There has been little tranquility for this franchise in recent years, but on Sunday night, Romo said he had a "calming feeling" as the Cowboys began their two-minute drill. That triumphant drive, which ended with Romo dancing in the pocket -- untouched -- for at least seven seconds before Bryant found an opening in the back corner of the end zone, seemed to be a microcosm of their season. They were calm. Letting duress slide past them. Finding a way to win in a situation that, in the past, would have led to defeat.
"You just gain an understanding that you're never really out of it," Romo said. "You're comfortable being in uncomfortable situations -- if that makes sense. That comes through having been through it, experienced it, and then having to go out and figure out a way to win."
Romo and his exceptional play have been largely overshadowed while the rest of the Cowboys have blossomed around him. As the 2014 campaign comes down to its final weeks, however -- with two division-deciding gamesagainst the Eagles coming in a three-week span -- more of the onus will naturally fall on the quarterback, who has absorbed plenty of blame for the team's past stumbles.
It has been easy to mock the Cowboys and Jones himself for 8-8 and 8-8 and 8-8 and all those final-day collapses, and to wonder about the viability of Romo and his back for many more playoff pushes. But as the NFC field has begun to sort itself out -- the Packers are rising, the Lions are falling, the NFC South remains a mess -- Dallas is still very much in the mix, wildly surpassing preseason predictions of doom for a defense that was supposed to be historically bad and for a signal-caller who has so often been hurt and buried. Jones, whose gait has slowed just a little with age, said it would be "the most negative thing about my ownership" if Dallas fails to win a Super Bowl with Romo. For the first time in a long while, it did not seem laughable to mention the Super Bowl in the same breath as the Cowboys.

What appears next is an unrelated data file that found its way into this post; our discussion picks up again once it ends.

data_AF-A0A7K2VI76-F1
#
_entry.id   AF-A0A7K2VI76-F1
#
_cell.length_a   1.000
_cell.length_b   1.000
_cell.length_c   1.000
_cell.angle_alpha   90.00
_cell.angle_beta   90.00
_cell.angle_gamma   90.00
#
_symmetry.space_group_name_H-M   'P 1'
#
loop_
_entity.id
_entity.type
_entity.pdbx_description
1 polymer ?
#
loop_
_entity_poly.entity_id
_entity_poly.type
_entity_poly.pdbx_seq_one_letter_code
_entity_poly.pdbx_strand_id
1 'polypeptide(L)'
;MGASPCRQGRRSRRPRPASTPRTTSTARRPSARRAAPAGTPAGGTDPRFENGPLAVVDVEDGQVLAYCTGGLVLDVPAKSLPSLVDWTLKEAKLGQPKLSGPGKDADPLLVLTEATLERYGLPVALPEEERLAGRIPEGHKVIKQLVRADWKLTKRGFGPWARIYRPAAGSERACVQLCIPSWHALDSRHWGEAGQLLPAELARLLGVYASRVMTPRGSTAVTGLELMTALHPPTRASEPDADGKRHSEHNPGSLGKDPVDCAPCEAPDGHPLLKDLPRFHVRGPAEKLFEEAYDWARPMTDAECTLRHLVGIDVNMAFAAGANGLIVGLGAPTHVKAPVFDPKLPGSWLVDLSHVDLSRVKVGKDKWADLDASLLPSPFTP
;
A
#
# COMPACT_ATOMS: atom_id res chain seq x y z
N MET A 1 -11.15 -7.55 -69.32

Jones hasn't let his stadium operations people remove Manning's signature from the visitor's locker room wall in Dallas, scrawled after the Giants beat the Cowboys in the game to open AT&T Stadium in 2009 -- the last year in which Dallas made the playoffs. Jones can smile about it now. But on Sunday, as Jones walked out of a locker room halfway across the country, pausing once, twice, three times to interrupt a television interview to congratulate Cole Beasley on his 45-yard touchdown reception, it was clear that the Cowboys' swagger was back. Jones and his team are rooted this time not in the overblown hype of preceding seasons that ended in disappointment, but in the reality that they might have been steeled by those moments for something much more.